Tradition does not come from nothing. It distills the experience and wisdom of generation upon generation of human lives.
The first man and woman lived their life in a natural way. They first behaved in instinctive ways and modified their behavior based on the results of their actions until they assembled a coherent way of living. Their children imitated their way of living, as children do, and tweaked some parts based on results. Bit by bit, generation after generation, on it went, building a tradition. From these family traditions grew traditions of clan, tribe, nation, and civilization. Traditions have the weight of the past in them. They are human ways of surviving that have been proved to work over hundreds and thousands of years.
Historians and anthropologists tell us that our kind of monogamous marriage is a relatively recent development. Earlier peoples tried many other forms of marriage: polygamous; polyandrous; monogamous and monoandrous; matrilocal; patrilocal; matrilineal; patrilineal; both patrilineal and matrilineal simultaneously; group and ladder arrangements; even matrilocal and matrilineal non-marriage in which women couple freely with any men who please them, raising their children in their own mother’s home (or village) with their brothers serving as adult male role models for the children and men left without domestic responsibilities. The Western tradition settled on monogamy (or one man marrying one woman for life) for historical reasons, and stayed with it because it is kinder to women and children than other family forms, because its inherent stability allows wealth to accumulate, because it allows all the men in society to marry thus bringing peace to society, and because children have a better chance of living to adulthood in monogamous families.
I can hear some of my readers complain. “But this isn’t marriage. Marriage is true love. It is companionship. It is a commitment to remain eternally infatuated with one person, until it ends.” My counterargument is that marriage as a family form is important. It has to do with the way that people reproduce and accomplish long-term goals that take more than a lifetime. “Be fruitful and multiply,” is not only God’s command, it is the central fact of all life, including human life. Reproduction is our purpose as living beings, if you will. Certainly if we do not reproduce then we will be no more than a footnote in a hundred years.
Compare the concept of marriage as a family form, the structure in which humans reproduce, to the concept of marriage as sexual companionship. One continues our kind. The other gratifies libido and provides pleasure. One has long-term effects and encourages the accumulation of wealth and technological progress. The other is basically short-term and encourages spending. While exceptions happen, the structure of the two types of marriage necessarily produce quite different effects.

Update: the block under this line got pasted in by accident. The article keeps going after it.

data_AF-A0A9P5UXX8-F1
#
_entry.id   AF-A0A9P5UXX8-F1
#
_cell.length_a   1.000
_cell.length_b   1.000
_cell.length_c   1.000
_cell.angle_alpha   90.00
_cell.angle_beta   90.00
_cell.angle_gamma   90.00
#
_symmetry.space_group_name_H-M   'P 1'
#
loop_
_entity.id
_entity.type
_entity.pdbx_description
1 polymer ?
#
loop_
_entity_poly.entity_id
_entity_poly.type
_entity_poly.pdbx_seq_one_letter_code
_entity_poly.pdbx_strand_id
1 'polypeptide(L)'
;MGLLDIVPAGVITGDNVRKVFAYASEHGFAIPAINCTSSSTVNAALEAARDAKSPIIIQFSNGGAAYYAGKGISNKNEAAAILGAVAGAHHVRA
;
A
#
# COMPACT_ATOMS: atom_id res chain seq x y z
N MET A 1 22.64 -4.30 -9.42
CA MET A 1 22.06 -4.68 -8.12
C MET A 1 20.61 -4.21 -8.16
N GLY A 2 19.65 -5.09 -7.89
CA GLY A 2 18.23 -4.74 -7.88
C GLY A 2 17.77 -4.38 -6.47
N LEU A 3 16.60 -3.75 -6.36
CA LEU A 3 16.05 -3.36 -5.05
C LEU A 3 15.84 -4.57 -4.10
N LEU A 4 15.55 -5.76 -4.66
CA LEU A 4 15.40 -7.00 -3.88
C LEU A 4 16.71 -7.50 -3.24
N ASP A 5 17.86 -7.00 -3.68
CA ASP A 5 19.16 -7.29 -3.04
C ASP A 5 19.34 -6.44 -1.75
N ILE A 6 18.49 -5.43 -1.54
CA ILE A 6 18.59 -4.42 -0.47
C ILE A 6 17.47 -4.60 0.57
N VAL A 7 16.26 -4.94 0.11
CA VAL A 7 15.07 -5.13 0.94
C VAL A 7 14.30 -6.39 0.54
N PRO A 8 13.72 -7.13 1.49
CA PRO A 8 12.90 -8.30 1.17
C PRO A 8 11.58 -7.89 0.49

From looking at marriage in the anthropological way to looking at marriage in the romanticized 20th century way as sold by Hollywood is a leap from marriage as a family form to marriage as an expression of true love between two “adults,” with children as an afterthought or even a distraction from its purpose. The two kinds of marriage are not the same. We could say marriage is family. Or we could say marriage is companionship and eternal infatuation. But when we say both we confuse the issue and render the word “marriage” meaningless.
With regard to infatuation, is a lustful gaze across the dance floor at the senior prom the foundation of a lifetime together? I’m convinced that marriage as an expression of true love between two people is an adolescent parody of real marriage, which holds family as its purpose. Our modern society has extended childhood into the teen years, pushing back the onset of adulthood from puberty, where it used to be reckoned, to the age of 21 when it’s now legal to get drunk. With the invention of adolescence, society has transformed many formerly adult things into adolescent versions. Perhaps the most important of these is marriage.
I believe that changing the popular definition of marriage from the core of a new family and the intersection of two extended families was a big mistake. It has driven down the rate of reproduction in the West to the point where populations are dying off and our Ponzi scheme social security funds are poised to fail, while our sparse population is attracting hungry migrants from more crowded parts of the world. And it has damaged us: our behavior, our ability to plan for the long term, our moral clarity.
It’s time to change the definition back. Marriage should mean family; a new family and the joining of two extended families. Marriages without children are sad and incomplete and deserve our sympathy and kindness. They are not the model which families blessed with children should emulate. Families with children, parents, grandparents, aunts and uncles and cousins, are the model.